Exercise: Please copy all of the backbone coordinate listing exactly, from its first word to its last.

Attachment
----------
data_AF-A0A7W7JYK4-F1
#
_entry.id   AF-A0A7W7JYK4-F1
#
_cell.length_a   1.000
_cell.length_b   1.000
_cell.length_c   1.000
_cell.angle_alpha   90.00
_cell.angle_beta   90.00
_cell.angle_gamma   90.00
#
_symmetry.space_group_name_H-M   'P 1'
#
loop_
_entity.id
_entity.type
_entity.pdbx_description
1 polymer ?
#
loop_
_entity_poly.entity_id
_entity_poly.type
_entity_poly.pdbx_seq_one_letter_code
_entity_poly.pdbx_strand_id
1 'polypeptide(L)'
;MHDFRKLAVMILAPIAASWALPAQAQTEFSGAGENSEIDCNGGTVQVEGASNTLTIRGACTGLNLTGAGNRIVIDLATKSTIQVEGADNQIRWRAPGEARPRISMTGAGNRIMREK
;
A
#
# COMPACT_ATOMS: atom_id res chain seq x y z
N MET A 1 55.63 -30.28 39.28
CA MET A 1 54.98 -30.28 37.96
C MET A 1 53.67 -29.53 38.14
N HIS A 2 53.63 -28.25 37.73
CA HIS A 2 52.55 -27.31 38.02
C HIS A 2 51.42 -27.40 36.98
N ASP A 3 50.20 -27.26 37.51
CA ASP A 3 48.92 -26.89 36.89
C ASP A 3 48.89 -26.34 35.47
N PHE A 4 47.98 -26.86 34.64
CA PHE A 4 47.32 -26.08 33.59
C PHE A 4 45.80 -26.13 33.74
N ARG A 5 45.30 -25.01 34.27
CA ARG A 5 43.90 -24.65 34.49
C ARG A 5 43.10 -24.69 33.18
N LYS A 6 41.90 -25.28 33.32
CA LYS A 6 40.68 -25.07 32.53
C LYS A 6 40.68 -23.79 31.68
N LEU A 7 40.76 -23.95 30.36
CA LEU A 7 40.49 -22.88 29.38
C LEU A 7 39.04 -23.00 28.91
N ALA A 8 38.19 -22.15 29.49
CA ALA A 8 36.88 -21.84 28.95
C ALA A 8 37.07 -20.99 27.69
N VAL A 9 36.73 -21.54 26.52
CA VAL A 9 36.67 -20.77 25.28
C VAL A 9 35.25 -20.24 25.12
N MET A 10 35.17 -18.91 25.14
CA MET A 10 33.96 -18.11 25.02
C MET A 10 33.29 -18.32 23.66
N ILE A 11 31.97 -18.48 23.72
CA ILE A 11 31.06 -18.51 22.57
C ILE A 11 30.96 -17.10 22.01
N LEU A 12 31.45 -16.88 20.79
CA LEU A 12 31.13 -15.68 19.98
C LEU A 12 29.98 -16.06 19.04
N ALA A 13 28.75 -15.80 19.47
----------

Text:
data_AF-A0A7W7JYK4-F1
#
_entry.id   AF-A0A7W7JYK4-F1
#
_cell.length_a   1.000
_cell.length_b   1.000
_cell.length_c   1.000
_cell.angle_alpha   90.00
_cell.angle_beta   90.00
_cell.angle_gamma   90.00
#
_symmetry.space_group_name_H-M   'P 1'
#
loop_
_entity.id
_entity.type
_entity.pdbx_description
1 polymer ?
#
loop_
_entity_poly.entity_id
_entity_poly.type
_entity_poly.pdbx_seq_one_letter_code
_entity_poly.pdbx_strand_id
1 'polypeptide(L)'
;MHDFRKLAVMILAPIAASWALPAQAQTEFSGAGENSEIDCNGGTVQVEGASNTLTIRGACTGLNLTGAGNRIVIDLATKSTIQVEGADNQIRWRAPGEARPRISMTGAGNRIMREK
;
A
#
# COMPACT_ATOMS: atom_id res chain seq x y z
N MET A 1 55.63 -30.28 39.28
CA MET A 1 54.98 -30.28 37.96
C MET A 1 53.67 -29.53 38.14
N HIS A 2 53.63 -28.25 37.73
CA HIS A 2 52.55 -27.31 38.02
C HIS A 2 51.42 -27.40 36.98
N ASP A 3 50.20 -27.26 37.51
CA ASP A 3 48.92 -26.89 36.89
C ASP A 3 48.89 -26.34 35.47
N PHE A 4 47.98 -26.86 34.64
CA PHE A 4 47.32 -26.08 33.59
C PHE A 4 45.80 -26.13 33.74
N ARG A 5 45.30 -25.01 34.27
CA ARG A 5 43.90 -24.65 34.49
C ARG A 5 43.10 -24.69 33.18
N LYS A 6 41.90 -25.28 33.32
CA LYS A 6 40.68 -25.07 32.53
C LYS A 6 40.68 -23.79 31.68
N LEU A 7 40.76 -23.95 30.36
CA LEU A 7 40.49 -22.88 29.38
C LEU A 7 39.04 -23.00 28.91
N ALA A 8 38.19 -22.15 29.49
CA ALA A 8 36.88 -21.84 28.95
C ALA A 8 37.07 -20.99 27.69
N VAL A 9 36.73 -21.54 26.52
CA VAL A 9 36.67 -20.77 25.28
C VAL A 9 35.25 -20.24 25.12
N MET A 10 35.17 -18.91 25.14
CA MET A 10 33.96 -18.11 25.02
C MET A 10 33.29 -18.32 23.66
N ILE A 11 31.97 -18.48 23.72
CA ILE A 11 31.06 -18.51 22.57
C ILE A 11 30.96 -17.10 22.01
N LEU A 12 31.45 -16.88 20.79
CA LEU A 12 31.13 -15.68 19.98
C LEU A 12 29.98 -16.06 19.04
N ALA A 13 28.75 -15.80 19.47